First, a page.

Texas is one of just three states that did not sign onto a letter sent Friday to Secretary Betsy DeVos asking the U.S. Department of Education to automatically forgive student loans for eligible disabled veterans.
"As a nation, we have a moral obligation to assist those who have put their lives on the line to defend us," the letter states. It was signed by attorneys general from 47 states, the District of Columbia, and the U.S. territories of Guam, American Samoa and the Northern Mariana Islands. In addition to Attorney General Ken Paxton, attorneys general from Alabama and Arizona did not sign the letter.
As of Monday morning, Paxton had not publicly commented about why Texas didn't sign on.
The Department of Education has identified 42,000 veterans who qualify for a federal loan forgiveness program. According to the letter, the department requires veterans to take "affirmative steps" to secure forgiveness that "may prove insurmountable obstacles" for many severely disabled veterans.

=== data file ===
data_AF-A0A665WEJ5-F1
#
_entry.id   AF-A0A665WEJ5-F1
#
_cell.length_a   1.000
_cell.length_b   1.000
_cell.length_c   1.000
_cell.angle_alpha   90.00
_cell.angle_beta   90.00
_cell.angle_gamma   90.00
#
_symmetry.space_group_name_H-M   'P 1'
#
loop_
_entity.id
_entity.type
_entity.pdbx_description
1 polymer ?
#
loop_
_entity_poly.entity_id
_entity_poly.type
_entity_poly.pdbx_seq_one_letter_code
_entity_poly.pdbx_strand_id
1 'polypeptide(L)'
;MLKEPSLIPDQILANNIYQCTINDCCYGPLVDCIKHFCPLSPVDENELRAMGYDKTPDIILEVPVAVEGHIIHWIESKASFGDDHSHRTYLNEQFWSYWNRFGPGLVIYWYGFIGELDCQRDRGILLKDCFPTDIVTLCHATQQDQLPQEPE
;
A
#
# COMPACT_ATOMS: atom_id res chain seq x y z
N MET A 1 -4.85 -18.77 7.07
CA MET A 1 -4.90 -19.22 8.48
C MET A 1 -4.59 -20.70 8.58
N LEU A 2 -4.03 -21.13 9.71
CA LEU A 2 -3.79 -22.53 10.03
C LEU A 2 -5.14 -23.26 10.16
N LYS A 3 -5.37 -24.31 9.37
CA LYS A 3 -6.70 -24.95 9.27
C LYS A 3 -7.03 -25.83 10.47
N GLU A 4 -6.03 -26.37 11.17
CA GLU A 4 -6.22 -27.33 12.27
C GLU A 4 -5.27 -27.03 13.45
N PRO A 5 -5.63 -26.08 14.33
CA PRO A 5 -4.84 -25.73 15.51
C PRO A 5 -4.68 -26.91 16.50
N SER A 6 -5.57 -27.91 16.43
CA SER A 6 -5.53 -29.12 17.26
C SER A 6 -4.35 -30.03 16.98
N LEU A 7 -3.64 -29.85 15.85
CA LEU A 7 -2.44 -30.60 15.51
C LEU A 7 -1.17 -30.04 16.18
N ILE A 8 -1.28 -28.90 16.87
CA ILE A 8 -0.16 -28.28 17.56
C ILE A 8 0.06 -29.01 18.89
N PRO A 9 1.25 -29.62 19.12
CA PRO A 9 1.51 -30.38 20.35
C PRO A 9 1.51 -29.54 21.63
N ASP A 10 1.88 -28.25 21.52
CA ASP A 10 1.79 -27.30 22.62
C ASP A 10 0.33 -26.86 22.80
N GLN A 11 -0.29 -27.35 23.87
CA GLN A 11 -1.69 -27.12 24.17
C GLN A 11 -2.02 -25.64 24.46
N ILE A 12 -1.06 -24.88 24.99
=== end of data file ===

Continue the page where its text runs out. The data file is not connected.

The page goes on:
The attorneys general say those veterans have $1 billion in debt that could be forgiven and the department has an obligation under the law to "discharge the loans of veterans who are permanently and totally disabled as result of their service."
In a statement to NPR, the Education Department said it recognized the sacrifices veterans make, but that discharges could raise veterans' tax bills or inhibit them from taking out more student loans.
"While we have worked to make this process as easy and as seamless as possible for veterans, the last thing we want to do is cause unintended consequences for them," the statement said.
The attorneys general's letter said it was unlikely borrowers would prefer not to have an increase in their tax bill over their entire student loans being wiped out.
"Any concerns that some disabled veterans might not want their student loans discharged can be addressed by providing veterans notice and an opportunity to opt out of loan forgiveness or to seek reinstatement of their loans," the letter states.